The International Federation of Journalists today condemned a series of indictments issued last Tuesday by the Algiers Public Prosecutor's Office against four journalists and the managing editor of the independent daily, Le Matin. The paper has been suspended since 23 July 2004.
Youcef Rezzoug, Yasmine Ferroukhi, Abla Chérif, Hassane Zerrouky and Mohamed Benchicou were summoned in two successive trials on 15 March 2005, in connection with allegations of racketeering made against several politicians and charges of financial mismanagement made against the Sonatrach oil company in a 7 August 2003 article. The defence refuted the accusations point by point, drawing on information published in the national and international press which supported the allegations in the article.
Nevertheless, the State held the journalists personally and directly accountable for the charges. The Prosecutor's Office requested a six-month prison term with no parole and a 50,000 dinar fine (approx. US$710; 550 euros) for each of the accused, despite the fact that the civil plaintiffs had requested only "a symbolic dinar" fine in both cases.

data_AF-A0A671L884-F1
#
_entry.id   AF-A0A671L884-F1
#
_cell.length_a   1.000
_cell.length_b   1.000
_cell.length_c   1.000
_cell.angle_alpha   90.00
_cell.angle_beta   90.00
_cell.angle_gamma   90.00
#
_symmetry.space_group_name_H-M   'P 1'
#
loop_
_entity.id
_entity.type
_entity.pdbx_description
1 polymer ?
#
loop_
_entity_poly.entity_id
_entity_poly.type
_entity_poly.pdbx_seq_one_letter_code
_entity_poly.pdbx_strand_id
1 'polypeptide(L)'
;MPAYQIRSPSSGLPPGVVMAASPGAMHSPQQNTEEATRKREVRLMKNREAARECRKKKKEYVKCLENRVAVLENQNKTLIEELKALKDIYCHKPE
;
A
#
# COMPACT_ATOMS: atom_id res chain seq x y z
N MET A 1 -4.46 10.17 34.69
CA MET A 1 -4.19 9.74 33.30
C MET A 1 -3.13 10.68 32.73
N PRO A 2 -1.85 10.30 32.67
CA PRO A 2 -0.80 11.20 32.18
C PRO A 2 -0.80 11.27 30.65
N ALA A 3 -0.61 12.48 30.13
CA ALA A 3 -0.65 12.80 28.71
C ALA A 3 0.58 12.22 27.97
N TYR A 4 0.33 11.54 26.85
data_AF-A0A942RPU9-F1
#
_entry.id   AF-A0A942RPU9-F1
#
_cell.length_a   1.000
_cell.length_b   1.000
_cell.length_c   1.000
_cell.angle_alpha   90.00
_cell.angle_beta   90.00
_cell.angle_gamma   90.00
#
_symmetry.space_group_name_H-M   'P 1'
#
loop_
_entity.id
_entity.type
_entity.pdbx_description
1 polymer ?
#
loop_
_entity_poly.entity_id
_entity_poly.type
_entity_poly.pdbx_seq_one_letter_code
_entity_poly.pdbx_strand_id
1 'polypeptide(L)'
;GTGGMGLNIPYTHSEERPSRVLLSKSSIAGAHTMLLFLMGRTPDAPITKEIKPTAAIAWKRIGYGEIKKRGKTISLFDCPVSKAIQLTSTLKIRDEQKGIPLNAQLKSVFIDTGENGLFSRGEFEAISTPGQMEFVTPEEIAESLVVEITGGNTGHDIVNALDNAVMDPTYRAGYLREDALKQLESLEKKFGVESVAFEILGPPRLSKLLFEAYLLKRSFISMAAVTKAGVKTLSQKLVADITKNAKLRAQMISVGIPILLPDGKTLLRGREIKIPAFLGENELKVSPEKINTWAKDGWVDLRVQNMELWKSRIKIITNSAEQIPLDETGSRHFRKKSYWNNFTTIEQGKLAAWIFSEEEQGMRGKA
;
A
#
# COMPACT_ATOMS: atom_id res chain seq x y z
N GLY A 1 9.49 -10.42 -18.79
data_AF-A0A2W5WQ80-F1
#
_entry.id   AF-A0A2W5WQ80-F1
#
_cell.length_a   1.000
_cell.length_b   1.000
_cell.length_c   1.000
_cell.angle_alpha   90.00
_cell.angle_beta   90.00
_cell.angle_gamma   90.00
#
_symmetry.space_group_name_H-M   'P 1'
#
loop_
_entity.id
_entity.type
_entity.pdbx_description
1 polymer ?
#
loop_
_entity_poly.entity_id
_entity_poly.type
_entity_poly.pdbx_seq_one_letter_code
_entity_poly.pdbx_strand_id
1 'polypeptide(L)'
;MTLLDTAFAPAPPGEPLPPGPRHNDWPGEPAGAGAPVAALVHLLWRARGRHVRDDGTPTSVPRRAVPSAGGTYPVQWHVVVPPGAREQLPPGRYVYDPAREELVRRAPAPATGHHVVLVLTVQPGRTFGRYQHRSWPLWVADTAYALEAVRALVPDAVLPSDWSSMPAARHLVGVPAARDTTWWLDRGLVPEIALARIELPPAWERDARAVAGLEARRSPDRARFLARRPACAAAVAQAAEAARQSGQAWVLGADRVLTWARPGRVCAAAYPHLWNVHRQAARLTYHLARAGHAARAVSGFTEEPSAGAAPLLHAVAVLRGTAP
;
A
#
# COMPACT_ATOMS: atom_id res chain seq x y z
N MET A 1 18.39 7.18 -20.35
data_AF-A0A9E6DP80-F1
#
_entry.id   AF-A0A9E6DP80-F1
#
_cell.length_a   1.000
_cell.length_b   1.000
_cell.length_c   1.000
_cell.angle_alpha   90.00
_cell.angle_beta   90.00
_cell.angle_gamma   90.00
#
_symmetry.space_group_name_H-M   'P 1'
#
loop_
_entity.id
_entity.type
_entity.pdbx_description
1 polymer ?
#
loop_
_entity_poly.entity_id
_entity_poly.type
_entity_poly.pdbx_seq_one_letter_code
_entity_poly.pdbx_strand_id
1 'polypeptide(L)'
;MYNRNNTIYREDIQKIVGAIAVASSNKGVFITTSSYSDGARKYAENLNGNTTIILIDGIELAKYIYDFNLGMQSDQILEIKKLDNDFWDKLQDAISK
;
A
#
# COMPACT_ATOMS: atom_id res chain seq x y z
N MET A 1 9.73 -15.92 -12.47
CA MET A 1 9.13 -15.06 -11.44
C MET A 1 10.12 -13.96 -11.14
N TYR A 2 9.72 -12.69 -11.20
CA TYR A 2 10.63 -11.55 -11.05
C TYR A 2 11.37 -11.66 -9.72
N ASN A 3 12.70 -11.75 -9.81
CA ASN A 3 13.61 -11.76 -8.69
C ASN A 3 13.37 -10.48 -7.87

Mohamed Benchicou was summoned to appear before the court in both cases. The managing editor of Le Matin, who has already spent more than eight months in prison, also faces another six-month term. The sentence would be a symbolic one as Benchicou is already serving a two year prison term, which precludes cumulative sentencing.
"The most disturbing element of these repeat hearings is that charges of defamation may be brought against journalists without the plaintiff providing any proof of the offence," said the IFJ's regional coordinator in Algiers, Nadir Benseba. "It is the hallmark of an authoritarian regime to complacently accept such defamation complaints while refusing to accept criticism," he added.
Targeted attacks on journalists in Algeria are facilitated by a Penal Code that is particularly repressive towards the press. Verdicts in the two cases are expected to be announced on 12 April. Observers following the cases fear a worsening of the situation following a recent ban on some foreign publications.
The IFJ calls for a concerted response from the international community in the face of the serious harassment faced by the independent press in Algeria.
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The IFJ represents over 500,000 journalists in more than 110 countries